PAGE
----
The time had come when the faithful old school janitor needed to be replaced by a newer model. With considerable embarrassment, the superintendent undertook to break the news to the old man. In tactful terms he extolled the glories of social security, retirement, pension and a testimonial dinner. The janitor registered surprise, disbelief and indignation. "Durn it all," he said, "when I took the job in 1890, they promised me it would be permanent."—Frederick J. Moffitt, "Chalk Dust," Nation's Schools
Some aeronautic students designed a model of a new plane: The tryout of the model was a failure since the wings broke off at the fuselage. Later on a discussion was going on where the students were trying to learn just what caused the structural failure. The custodian happened by, listened to the seminar, and asked if he might make a suggestion. He was allowed to and he explained that they should drill some holes or perforations along the wing and fuselage where they met. This was done and another model was made which performed admirably. The amazed students asked the custodian how he got the idea. He replied, "I've been a custodian for 30 years and I've never known even paper towels to break at the perforated line."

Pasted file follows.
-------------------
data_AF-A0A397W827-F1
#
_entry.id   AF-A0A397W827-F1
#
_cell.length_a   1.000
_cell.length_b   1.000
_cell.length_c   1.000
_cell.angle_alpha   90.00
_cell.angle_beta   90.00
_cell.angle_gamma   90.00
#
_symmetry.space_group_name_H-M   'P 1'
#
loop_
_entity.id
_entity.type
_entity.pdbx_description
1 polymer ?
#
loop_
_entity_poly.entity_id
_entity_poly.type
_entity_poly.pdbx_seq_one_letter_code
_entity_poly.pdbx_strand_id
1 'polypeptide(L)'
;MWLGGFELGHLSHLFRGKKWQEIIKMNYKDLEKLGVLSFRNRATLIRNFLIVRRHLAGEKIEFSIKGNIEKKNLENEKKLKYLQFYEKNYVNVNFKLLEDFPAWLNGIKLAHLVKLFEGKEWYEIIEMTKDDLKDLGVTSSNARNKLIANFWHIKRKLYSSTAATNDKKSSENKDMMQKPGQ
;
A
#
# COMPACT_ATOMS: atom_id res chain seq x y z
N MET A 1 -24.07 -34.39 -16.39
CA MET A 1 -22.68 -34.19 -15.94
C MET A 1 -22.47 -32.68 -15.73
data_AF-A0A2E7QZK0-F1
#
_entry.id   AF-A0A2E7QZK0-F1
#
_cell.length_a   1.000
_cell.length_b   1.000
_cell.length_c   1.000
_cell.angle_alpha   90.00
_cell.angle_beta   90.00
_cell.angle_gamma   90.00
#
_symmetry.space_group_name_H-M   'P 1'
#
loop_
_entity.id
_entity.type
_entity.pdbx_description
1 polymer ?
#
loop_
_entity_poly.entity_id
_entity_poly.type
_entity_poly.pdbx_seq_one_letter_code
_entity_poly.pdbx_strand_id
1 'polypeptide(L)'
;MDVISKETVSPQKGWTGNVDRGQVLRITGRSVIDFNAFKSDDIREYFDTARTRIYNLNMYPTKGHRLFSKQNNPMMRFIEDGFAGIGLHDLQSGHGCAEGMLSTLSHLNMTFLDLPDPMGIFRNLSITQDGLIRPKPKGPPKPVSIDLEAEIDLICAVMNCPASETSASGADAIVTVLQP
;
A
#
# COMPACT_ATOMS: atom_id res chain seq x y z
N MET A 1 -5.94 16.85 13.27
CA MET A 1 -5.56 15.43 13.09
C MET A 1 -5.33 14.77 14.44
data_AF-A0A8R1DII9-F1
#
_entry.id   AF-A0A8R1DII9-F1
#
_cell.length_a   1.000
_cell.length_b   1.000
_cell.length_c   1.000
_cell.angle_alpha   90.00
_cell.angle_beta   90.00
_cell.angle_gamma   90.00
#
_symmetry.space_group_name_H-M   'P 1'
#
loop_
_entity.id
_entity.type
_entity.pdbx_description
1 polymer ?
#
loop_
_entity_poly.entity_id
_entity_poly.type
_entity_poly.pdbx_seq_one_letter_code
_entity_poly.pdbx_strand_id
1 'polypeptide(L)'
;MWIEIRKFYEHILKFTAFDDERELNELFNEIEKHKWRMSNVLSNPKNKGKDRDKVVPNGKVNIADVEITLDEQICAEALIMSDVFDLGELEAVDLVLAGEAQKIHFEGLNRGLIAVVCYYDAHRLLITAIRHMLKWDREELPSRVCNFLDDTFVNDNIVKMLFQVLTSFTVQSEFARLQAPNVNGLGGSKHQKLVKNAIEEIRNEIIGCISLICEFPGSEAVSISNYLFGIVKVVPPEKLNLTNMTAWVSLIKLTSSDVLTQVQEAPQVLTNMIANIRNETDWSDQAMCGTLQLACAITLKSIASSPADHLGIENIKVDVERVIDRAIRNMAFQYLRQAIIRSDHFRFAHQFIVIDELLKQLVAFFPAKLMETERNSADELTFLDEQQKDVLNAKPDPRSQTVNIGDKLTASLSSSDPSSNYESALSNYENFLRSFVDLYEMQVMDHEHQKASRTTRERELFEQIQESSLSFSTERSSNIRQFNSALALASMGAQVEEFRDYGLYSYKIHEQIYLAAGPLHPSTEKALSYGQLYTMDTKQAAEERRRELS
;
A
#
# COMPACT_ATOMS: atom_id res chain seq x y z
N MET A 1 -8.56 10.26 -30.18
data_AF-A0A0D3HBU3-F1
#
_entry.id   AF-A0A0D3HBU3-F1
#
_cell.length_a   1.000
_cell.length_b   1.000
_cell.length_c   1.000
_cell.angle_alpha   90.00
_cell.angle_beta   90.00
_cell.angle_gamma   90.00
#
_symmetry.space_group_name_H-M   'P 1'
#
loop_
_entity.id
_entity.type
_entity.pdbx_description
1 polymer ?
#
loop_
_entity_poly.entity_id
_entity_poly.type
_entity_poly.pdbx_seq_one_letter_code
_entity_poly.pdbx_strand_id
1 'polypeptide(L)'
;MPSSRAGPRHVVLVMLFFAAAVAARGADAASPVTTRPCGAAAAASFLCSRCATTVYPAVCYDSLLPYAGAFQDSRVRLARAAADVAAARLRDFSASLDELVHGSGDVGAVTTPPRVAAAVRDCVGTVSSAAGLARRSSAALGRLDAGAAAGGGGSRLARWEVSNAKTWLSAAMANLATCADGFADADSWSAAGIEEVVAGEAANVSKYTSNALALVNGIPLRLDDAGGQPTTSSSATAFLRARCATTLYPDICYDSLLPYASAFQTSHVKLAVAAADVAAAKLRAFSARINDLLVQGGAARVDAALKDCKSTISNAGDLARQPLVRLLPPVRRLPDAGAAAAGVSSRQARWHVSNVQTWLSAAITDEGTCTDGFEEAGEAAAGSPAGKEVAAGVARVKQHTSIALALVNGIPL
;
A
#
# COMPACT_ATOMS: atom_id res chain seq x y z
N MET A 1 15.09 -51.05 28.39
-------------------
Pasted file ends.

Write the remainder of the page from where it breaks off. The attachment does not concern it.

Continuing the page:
In the educational world a school administrator knows something about everything, a specialist knows everything about something—and the custodian knows everything.
School superintendent to applicant for the position of custodian: "Most of all we need a thoroughly responsible man."
Applicant: I’m sure qualified—every place I've worked, when things went haywire, they never failed to tell me I was responsible."